The quickest possible answer to this totally valid question is:
Barring defects, power failure, dead bulbs, or some world-ending event, most LED light strings you come across will remain lit, safe, and functional all night. The likelihood of those issues happening is slim. LED light strings have highly reliable build quality and are a resilient technology.
You could leave them on 24 hours a day, every day and be fine for years, technically speaking.
How long do LED light strings last?
LED strings will generally last for 35,000 to 50,000 hours, or six years of continuous use, before they diminish to 70 percent of their original output. Blast them all night if you need. They’ll stand the test of time — at least, for a while.
How? They output far less heat and produce far more energy at a far lower cost than other types of lighting.
“The LED bulb contains a number of different light emitting diodes, each of which produces light from a semiconductor chip with a negatively charged terminal and a positively charged terminal. As electrons move from negative to positive, they collide with positively charged particles (“holes”) and fall from a high energy level to a lower energy level. The drop releases energy in the form of light,” according to the Center for NanoScale Science at PennState.
They convert about 90 percent of the energy used into light.
“When an incandescent bulb is hooked up to a power supply, the electric current passes through a metal filament (usually tungsten), heating it until the filament is so hot that it glows. As the electrons move, they bump into the metal atoms of the filament. The energy of each collision vibrates the atoms and heats them up, eventually producing light. Only 10 percent of the energy used by an incandescent bulb is converted to light; the other 90 percent is lost as heat,” according to their study.
Incandescent bulbs, by the way, last about 750 to 2,000 hours. A drop in the bucket, comparatively speaking.
All lightbulbs will produce light and heat from the collision of electrons. The amount of light-producing collisions as opposed to heat-producing collisions is the crux of light efficiency and longevity.
If there’s anything you walk away with from this section, it’s that LEDs are built to use energy better so that they last longer.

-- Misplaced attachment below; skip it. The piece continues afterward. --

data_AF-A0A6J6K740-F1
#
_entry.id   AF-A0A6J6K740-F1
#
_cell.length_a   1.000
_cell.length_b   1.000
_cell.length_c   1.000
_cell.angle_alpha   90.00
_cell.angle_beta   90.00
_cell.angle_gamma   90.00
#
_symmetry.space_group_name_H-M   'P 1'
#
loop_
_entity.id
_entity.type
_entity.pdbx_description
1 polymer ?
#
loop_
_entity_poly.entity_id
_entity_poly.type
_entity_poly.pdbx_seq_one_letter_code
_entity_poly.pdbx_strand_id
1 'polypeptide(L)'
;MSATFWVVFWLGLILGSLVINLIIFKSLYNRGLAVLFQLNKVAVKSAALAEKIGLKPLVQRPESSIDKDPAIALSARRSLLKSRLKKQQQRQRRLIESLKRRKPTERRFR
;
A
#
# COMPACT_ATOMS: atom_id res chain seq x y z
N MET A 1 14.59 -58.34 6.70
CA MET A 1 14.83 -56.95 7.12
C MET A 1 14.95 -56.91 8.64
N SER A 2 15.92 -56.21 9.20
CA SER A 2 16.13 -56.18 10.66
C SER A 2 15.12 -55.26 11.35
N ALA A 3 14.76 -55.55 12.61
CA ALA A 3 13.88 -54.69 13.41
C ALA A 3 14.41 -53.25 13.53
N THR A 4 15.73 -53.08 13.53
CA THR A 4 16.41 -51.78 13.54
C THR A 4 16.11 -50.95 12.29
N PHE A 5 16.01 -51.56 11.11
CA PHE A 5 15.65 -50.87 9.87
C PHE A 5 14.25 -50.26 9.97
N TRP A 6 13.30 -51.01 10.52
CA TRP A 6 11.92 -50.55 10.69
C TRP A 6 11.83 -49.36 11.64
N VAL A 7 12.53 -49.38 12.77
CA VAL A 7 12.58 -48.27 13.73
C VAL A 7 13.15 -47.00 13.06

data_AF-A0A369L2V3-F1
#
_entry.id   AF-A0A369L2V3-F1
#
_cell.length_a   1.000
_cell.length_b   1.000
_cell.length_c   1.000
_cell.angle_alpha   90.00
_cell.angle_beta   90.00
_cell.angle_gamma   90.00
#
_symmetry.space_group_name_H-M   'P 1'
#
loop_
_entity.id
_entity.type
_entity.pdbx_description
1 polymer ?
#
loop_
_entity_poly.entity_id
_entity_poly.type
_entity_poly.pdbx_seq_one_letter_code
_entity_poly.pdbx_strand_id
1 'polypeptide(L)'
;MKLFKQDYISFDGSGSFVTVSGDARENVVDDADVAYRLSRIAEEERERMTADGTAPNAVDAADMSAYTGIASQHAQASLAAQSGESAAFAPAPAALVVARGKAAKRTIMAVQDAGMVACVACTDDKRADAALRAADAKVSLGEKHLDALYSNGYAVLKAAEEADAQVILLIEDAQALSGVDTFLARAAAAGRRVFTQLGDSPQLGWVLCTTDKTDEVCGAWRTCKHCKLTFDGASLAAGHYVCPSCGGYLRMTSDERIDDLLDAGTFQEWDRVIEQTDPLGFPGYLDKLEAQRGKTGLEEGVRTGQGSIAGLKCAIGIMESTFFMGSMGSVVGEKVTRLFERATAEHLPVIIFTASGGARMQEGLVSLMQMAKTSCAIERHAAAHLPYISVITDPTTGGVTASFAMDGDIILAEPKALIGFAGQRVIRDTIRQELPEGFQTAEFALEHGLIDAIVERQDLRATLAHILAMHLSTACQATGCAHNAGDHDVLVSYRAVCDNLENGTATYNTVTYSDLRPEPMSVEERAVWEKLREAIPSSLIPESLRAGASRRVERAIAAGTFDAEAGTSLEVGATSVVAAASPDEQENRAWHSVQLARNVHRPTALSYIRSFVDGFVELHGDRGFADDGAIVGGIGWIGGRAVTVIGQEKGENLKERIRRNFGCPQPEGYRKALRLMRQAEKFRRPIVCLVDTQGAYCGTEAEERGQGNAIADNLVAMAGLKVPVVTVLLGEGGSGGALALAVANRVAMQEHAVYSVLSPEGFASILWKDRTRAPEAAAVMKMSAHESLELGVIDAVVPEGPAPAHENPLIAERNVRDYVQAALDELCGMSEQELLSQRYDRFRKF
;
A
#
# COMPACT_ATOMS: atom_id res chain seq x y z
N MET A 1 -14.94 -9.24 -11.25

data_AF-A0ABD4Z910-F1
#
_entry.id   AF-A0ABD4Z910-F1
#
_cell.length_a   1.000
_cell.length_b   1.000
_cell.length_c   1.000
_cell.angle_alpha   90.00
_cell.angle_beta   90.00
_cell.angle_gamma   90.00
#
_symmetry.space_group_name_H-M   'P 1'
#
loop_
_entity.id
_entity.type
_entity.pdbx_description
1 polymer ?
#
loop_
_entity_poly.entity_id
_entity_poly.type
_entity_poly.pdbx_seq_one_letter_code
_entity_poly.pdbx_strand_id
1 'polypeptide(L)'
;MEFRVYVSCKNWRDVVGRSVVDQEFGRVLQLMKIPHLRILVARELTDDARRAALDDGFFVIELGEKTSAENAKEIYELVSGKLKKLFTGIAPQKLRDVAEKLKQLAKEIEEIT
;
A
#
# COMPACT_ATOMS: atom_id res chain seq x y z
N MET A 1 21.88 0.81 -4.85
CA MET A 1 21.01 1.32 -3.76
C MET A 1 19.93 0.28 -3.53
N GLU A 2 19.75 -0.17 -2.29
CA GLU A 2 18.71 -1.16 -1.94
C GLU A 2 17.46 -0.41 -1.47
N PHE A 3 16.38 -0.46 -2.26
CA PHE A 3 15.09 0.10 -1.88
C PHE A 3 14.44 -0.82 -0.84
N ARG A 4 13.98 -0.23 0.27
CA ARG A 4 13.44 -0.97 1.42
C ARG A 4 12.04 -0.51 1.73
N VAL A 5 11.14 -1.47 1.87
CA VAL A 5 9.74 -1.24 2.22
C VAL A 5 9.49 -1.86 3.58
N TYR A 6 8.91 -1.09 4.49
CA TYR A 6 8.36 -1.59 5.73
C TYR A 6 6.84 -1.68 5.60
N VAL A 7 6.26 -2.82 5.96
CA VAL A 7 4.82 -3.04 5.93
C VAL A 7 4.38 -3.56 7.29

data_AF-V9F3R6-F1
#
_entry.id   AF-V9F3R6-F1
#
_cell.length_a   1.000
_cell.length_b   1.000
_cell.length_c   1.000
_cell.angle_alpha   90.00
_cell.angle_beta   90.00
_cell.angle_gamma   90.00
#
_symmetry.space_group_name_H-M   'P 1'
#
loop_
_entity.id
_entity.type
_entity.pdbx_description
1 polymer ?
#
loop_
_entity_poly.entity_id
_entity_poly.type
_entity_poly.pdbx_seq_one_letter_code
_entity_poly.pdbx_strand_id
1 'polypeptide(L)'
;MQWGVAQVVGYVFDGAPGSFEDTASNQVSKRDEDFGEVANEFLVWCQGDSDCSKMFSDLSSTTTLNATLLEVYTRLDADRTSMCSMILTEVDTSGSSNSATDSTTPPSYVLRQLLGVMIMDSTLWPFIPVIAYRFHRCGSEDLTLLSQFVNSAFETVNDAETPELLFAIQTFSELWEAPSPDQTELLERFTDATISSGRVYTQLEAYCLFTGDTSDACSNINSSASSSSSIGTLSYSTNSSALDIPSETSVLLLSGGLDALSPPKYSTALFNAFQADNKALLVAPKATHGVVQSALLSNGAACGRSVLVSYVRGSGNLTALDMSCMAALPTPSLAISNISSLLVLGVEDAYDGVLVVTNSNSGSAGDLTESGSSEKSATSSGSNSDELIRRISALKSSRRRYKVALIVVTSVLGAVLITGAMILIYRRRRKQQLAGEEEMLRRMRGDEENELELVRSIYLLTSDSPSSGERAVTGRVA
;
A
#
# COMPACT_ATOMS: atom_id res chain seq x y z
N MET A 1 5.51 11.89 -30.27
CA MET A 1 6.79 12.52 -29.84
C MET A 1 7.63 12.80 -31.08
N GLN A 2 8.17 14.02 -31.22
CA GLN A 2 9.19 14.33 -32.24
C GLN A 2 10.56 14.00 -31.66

Is it safe to leave LED lights on?
To build on the concept in the last section, LED light strings emit very little heat. They’re safe to touch by hand, so if there’s a pet that likes to play with LEDs or a child that bumbles into them, as they tend to do from time to time, they won’t get hurt. They’re also less prone to fire.
This relates back to how heat is emitted from lights.
The light emitted from bulbs is typically infrared radiation. This is what heats up the enclosures or glass around incandescent bulbs, making them hot to the touch. LEDs, however, generally do not emit IR radiation, therefore allowing them to be positioned in several areas throughout the home with little risk.
“The energy consumed by a 100-watt GLS incandescent bulb produces around 12% heat, 83% IR, and only 5% visible light. In contrast, a typical LED might produce 15% visible light and 85% heat,” according to an article from LEDs Magazine. “Most significantly, the junction temperature affects the lifetime of the LED. Unlike other light sources, LEDs don’t tend to fail catastrophically (although a small number do, especially if you cook them); instead, the output of the LED decreases over time. Note that this also happens for other light sources.”
So, basically, don’t cook your lightbulbs. Got it. Moving on.
It’s not just a matter of physical safety. LED lights contribute to financial security as well.
Compared to a traditional incandescent 60w bulb, one 12w LED bulb will save 75 percent of the cost, totaling $1 per year relative to an incandescent bulb’s $4.80 per year, based on 2 hour per day usage at 11 cents per kilowatt hour, according to the U.S. Department of Energy. Add that up across other bulbs left on all night and the energy savings per night are considerable.
The answer to this question is a resounding yes. You can leave LED light strings on all night and not worry about safety, cost, or reliability.